Rural Alabama Spot a Candidate Site for Observatory Network to Detect Climate Change Impacts
By Chris Bryant
A remote spot within the Talladega National Forest could serve as one of 20 locations nationally that will detect the ecological impacts of climate change.
Each site, instrumented with sophisticated sensors, is part of a first-of-itskind observatory network designed to measure changes in climate, land use, invasive species and infectious diseases at the continental scale.
Science staff from the National Ecological Observatory Network, known as NEON, recently confirmed 20 sites as Candidate Core Sites, including a site that spans portions of both Bibb and Hale Counties, for the proposed network.
“We are becoming an increasingly interconnected world,” said Dr. Amy Ward, UA professor of biological sciences. “NEON will provide a network that will measure properties of local sites, but link that information to other sites in a national context.”
Ward was tapped in 2004 to help develop guidelines for NEON, the then newly formed national organization proposed by the National Science Foundation. Towers and other sensors on the candidate sites would measure such things as soil and water properties, air quality and weather conditions. They also would track patterns and changes in organisms, including small mammals, insects, birds, fish and plants. Remote sensing aircraft periodically would track and record changes at the site over time, including shifts in plant diversity.
Data from the network will support collaborative research, a variety of educational initiatives, environmental decision-making, modeling and visualization of data, and enhanced ecological forecasting capabilities.
The sites were chosen because they best represent the ecoclimatic characteristics of their respective domains, according to NEON’s recent news release announcing the sites’ confirmation. Sixteen candidate sites are located in the continental United States, Alaska hosts two, and Hawaii and Puerto Rico each have one.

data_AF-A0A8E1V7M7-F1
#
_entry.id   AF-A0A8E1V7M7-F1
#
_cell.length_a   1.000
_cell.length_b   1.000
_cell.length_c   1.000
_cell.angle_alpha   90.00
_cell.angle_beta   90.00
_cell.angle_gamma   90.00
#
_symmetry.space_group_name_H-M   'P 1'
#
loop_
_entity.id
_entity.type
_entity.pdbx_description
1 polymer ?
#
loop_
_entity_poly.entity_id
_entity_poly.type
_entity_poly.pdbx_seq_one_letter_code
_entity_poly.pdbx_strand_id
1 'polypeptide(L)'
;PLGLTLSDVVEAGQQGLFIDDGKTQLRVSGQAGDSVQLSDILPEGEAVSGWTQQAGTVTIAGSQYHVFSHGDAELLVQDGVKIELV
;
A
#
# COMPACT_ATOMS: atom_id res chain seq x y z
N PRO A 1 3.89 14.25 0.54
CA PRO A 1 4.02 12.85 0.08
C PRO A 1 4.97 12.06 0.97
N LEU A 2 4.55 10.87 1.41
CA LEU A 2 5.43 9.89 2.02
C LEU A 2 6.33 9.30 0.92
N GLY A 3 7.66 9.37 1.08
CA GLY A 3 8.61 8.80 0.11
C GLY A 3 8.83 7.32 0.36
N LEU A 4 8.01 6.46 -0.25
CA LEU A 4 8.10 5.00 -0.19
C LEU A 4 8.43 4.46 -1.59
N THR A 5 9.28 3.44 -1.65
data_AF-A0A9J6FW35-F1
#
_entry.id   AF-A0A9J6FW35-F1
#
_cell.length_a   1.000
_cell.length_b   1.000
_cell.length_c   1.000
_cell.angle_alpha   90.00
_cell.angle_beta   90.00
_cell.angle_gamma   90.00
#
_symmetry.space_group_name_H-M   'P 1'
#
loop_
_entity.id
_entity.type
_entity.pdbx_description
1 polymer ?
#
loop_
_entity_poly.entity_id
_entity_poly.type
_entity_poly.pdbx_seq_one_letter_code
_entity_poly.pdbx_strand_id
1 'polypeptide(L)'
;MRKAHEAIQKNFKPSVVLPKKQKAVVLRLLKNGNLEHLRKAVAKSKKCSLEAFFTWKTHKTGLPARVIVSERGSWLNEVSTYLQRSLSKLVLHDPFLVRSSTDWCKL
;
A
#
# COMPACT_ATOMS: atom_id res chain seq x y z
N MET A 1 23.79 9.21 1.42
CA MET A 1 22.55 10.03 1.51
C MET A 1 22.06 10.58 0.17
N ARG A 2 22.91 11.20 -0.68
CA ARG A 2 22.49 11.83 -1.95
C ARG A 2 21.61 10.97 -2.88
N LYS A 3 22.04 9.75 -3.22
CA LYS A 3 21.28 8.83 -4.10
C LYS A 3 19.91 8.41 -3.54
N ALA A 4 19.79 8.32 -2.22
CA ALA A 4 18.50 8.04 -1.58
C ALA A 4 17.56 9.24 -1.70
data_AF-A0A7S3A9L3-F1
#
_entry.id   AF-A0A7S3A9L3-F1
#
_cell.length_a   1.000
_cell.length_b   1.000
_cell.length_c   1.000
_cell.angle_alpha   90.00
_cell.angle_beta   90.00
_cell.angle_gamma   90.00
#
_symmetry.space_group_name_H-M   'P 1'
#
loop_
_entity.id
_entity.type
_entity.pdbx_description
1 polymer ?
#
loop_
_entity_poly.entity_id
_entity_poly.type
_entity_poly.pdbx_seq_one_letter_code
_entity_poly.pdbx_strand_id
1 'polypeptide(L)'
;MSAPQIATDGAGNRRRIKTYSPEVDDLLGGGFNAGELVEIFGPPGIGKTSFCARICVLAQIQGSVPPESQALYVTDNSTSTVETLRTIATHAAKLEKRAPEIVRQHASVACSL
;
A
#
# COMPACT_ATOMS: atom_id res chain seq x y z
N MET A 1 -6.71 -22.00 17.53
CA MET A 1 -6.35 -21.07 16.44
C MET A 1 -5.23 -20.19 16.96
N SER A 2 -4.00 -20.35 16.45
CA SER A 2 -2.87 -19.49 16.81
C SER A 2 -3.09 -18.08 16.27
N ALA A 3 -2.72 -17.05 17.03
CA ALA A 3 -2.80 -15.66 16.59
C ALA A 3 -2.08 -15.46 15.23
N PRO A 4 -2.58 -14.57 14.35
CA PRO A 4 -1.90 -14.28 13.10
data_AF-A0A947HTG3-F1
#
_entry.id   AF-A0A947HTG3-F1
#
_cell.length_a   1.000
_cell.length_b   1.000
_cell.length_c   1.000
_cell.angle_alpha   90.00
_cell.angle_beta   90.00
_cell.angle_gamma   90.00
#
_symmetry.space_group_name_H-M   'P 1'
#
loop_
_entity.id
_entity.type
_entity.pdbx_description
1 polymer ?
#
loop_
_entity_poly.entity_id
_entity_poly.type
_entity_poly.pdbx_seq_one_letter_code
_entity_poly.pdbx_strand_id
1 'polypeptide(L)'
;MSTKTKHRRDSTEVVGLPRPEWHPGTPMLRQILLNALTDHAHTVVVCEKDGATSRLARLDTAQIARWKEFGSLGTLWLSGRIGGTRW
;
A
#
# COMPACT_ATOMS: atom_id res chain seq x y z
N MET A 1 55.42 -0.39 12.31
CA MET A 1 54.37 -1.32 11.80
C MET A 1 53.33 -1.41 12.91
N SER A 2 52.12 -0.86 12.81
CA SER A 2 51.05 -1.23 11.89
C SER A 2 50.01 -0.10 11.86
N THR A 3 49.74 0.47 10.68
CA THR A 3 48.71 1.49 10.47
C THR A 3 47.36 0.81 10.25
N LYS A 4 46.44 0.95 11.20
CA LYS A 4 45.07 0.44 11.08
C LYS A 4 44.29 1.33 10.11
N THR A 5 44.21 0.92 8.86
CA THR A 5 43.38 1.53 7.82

The sites would be linked by advanced computer networks to record and archive data for at least 30 years, enough time to monitor ecological trends, the researchers say. One site was selected from each of 20 geographical domains determined by NEON. The Alabama site is within the region designated as the Ozarks Complex.
Under the current plan, NEON Inc. will present its Project Education Plan at a National Science Foundation Final Design Review in 2009. If construction funds are awarded, the Observatory would be constructed at the sites over a five to seven-year deployment.
Obtaining such detailed integrated data will enable scientists to develop more accurate computer models which would predict ecological changes, Ward said.
“The large scale of NEON is a first in the U.S. ecological community,” said Ward, who directs UA’s Center for Freshwater Studies. Having access to and involvement with such a large scale ecological project is a boon to UA researchers, students and the community at large, Ward said.
“Involvement with NEON will set the stage for us to have numerous collaborations with people in the other domains,” she said. “I think it is going to open the door to a whole new level of research and education for our students and many others across the region.”
NEON education and outreach will be focused on preparing society and the scientific community to use Observatory data, information and forecasts. Data collected throughout the network will become a resource for public understanding of ecological issues and for training new generations of scientists to collaborate at the continental scale. Under Ward’s direction, UA’s Center for Freshwater Studies is dedicated to understanding and preserving water, the environment in and around it, and the plants and animals, including people, that depend on it. This teaching, research and outreach program draws together faculty from the College of Arts and Sciences, the College of Engineering, the School of Law and the Culverhouse College of Commerce and Business Administration.